When managers fail to notice or respond to negative emotions, they subsequently encounter increases in rifts, resentment, and dissatisfaction among employees. When negative emotions are allowed to brew, physiological predisposition can cause coworkers to mimic the movements, postures, and facial expressions of those feeling bad. 
Notably, this synchronization happens automatically, so others may mirror negative expressions without awareness that they are doing so. Unconsciously passing on negative emotions can erode productivity and cooperation. In the worst cases, managers have described a cloud of negative emotions that can spread throughout the workplace, making it more difficult to recruit and retain the best employees.
In a recent study exploring negative incidents at work, 99 managers at an international Fortune 100 manufacturer shared examples of early warning signals that were missed prior to negative incidents, despite employee concerns. In some of the cases, larger problems grew in the interim, and delays complicated rectifying or learning from difficult circumstances.
The benefits of addressing negative emotions can be significant. Promptly stepping up can stem interpersonal turbulence and keep satisfaction, engagement, and productivity intact. Moreover, those who take the initiative to step up often experience personal gratification from helping others in meaningful ways.

Transform Tension Into Collaboration
October 25, 2017 | Tempe, AZ

Learn More


3 Ways to Step Up
  1. Tend to signals of negative emotions early. Watch for warning signs across your team. Are individuals putting in fewer hours or less effort? Has engagement dwindled? Are fewer employees showing up for discretionary activities such as celebrations or noncompulsory meetings? In our research and practice, these behaviors have signaled underlying negative emotions. Take a close look at hard data and trends that can be signs of dissatisfaction and withdrawal, such as late arrivals, absenteeism, and voluntary turnover.
    Even small supportive gestures from managers can improve employees’ ability to cope. Anticipate that employees facing tough times will have negative feelings. Discuss and determine what employees need and what you are able to offer. Convey frank optimism and confidence that they can manage the challenges. Find ways to offer additional support and resources to help them.
  2. Seek out troubled employees. When behaviors seem emotionally charged, it can be challenging to understand what is happening. Start by gathering data. Ask simple, neutral questions to get a conversation going, such as “How are you doing today?” or “Everything OK?” Then, tune in sharply to the response, taking stock of subtle indicators like volume, pitch, and speed of speech. Consider whether an employee’s behaviors and expressions are unusual or out of sync with the rhythm of your conversation. Listen for veiled references to negative emotions. Employees may not be comfortable saying they are sad, but they might tell you they feel discouraged or disappointed. 
  3. Resist the urge to fix others’ problems for them. Be quick to listen and offer support but slow to advise. As a senior production manager in a manufacturing company explained, “What works for me is to voice my concerns, lightly, and then wait for the response. I’m also really careful not to jump into the role of being the parent.” Ask questions to help employees determine what the best approaches would be. Help employees map out specific individuals in their network who could provide the support they need.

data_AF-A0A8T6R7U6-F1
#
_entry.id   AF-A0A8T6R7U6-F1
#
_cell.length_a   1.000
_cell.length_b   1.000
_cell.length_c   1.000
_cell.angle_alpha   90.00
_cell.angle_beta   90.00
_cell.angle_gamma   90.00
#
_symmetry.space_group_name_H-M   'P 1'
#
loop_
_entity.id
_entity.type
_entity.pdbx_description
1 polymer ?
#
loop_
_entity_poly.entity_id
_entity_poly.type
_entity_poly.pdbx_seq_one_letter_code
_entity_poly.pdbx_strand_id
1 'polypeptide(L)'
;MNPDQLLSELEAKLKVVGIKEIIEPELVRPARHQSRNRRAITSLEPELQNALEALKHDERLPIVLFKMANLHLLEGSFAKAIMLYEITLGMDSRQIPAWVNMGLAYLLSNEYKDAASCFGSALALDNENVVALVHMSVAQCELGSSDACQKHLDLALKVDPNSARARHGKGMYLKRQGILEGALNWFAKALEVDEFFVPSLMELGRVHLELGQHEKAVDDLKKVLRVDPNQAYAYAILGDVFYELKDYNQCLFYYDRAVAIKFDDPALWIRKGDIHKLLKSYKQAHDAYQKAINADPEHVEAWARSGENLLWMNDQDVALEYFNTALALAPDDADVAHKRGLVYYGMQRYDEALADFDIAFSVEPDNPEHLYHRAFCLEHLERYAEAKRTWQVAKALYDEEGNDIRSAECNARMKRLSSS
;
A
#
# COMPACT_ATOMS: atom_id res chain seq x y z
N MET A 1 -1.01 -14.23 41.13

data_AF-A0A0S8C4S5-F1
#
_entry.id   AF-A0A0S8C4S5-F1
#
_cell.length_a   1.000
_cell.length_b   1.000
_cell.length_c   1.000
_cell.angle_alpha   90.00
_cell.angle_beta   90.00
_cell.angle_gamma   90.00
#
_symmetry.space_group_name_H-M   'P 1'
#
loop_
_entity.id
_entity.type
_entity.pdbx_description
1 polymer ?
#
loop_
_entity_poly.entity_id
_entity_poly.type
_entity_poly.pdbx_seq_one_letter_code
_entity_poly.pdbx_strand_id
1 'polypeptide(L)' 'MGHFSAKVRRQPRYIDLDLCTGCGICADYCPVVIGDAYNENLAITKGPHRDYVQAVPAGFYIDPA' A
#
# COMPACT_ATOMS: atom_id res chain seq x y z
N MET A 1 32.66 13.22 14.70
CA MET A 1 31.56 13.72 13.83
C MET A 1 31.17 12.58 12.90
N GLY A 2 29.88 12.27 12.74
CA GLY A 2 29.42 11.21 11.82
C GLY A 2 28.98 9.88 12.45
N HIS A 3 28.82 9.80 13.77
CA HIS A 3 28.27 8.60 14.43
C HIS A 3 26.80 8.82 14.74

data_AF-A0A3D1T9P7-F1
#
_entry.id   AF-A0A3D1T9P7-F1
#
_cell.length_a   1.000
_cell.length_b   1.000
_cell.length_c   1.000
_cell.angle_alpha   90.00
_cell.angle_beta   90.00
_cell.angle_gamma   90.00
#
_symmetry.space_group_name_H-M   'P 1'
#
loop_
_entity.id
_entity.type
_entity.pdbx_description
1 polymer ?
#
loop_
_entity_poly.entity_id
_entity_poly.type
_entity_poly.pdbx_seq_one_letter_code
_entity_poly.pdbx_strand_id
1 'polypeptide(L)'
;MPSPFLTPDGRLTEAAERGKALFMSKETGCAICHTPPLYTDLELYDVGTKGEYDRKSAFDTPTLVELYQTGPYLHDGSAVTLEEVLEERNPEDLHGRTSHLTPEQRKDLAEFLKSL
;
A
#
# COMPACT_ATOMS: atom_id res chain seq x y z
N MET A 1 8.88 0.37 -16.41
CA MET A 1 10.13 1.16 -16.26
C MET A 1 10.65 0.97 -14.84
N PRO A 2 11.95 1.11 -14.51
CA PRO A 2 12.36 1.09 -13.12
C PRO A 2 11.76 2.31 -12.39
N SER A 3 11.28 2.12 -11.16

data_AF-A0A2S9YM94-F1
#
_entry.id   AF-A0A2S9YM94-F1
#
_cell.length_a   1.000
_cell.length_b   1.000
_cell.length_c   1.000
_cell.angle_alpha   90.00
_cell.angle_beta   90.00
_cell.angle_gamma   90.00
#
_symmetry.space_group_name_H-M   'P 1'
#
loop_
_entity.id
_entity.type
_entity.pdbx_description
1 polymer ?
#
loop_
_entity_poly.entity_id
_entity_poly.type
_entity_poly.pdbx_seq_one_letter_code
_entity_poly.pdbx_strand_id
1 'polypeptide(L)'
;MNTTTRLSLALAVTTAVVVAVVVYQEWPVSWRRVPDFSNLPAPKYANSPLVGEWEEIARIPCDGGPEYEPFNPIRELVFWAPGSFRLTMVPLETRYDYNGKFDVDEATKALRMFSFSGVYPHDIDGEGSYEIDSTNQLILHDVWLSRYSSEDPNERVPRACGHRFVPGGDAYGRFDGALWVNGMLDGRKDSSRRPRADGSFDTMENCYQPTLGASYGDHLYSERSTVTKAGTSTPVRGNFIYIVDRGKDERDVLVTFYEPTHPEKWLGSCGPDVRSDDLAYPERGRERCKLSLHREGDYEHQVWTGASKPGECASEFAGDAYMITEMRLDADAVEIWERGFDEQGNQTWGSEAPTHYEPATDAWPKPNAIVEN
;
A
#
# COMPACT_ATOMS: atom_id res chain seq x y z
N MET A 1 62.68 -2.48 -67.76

When negative emotions are rooted in conflicts among employees, strive to get adversaries to work together to resolve their differences. Urge them to prepare for a discussion together and, in that discussion, to stick to the issue at hand. To drive reconciliation, help them understand the personal costs and larger stakes if they cannot move past their differences.
Sometimes, individuals cannot get unstuck from their negative emotions. If troubled employees are unwilling to consider alternative perspectives or approaches, accept that for the time being. Rather than push harder, take a step back, observe, and remain available, as appropriate.
Do not assume that negative emotions have dissolved when hard times seem to have passed. The full significance of negative circumstances may not become evident to those affected until later. 
For example, although you may be relieved by employees’ initial acceptance of organizational shakeouts, don’t miss or ignore what often follows. Sadness can emerge as reality sets in about losing colleagues or routines. During this time, don’t dispassionately direct employees to put the past behind them. The impact can be depleting. As an information technology (IT) manager who survived layoffs explained, “The new leaders keep warning us, ‘It’s time to move on.’ I resent it. They make it seem like having legitimate concerns is a personal shortcoming.”
About the Author
Christine M. Pearson is a professor of global leadership at the Thunderbird School of Global Management in Glendale, Arizona.  A groundbreaking international business school for more than 70 years, Thunderbird is a unit of the Arizona State University Knowledge Enterprise. 
About the Research
This article draws on a stream of research that the author, in collaboration with coauthors, has carried out for more than two decades to understand how managers and employees handle the dark side of workplace behavior — from exceptional incidents involving organizational crises to commonplace uncivil interactions among employees.i All of the studies examined some aspect of the role of negative emotions.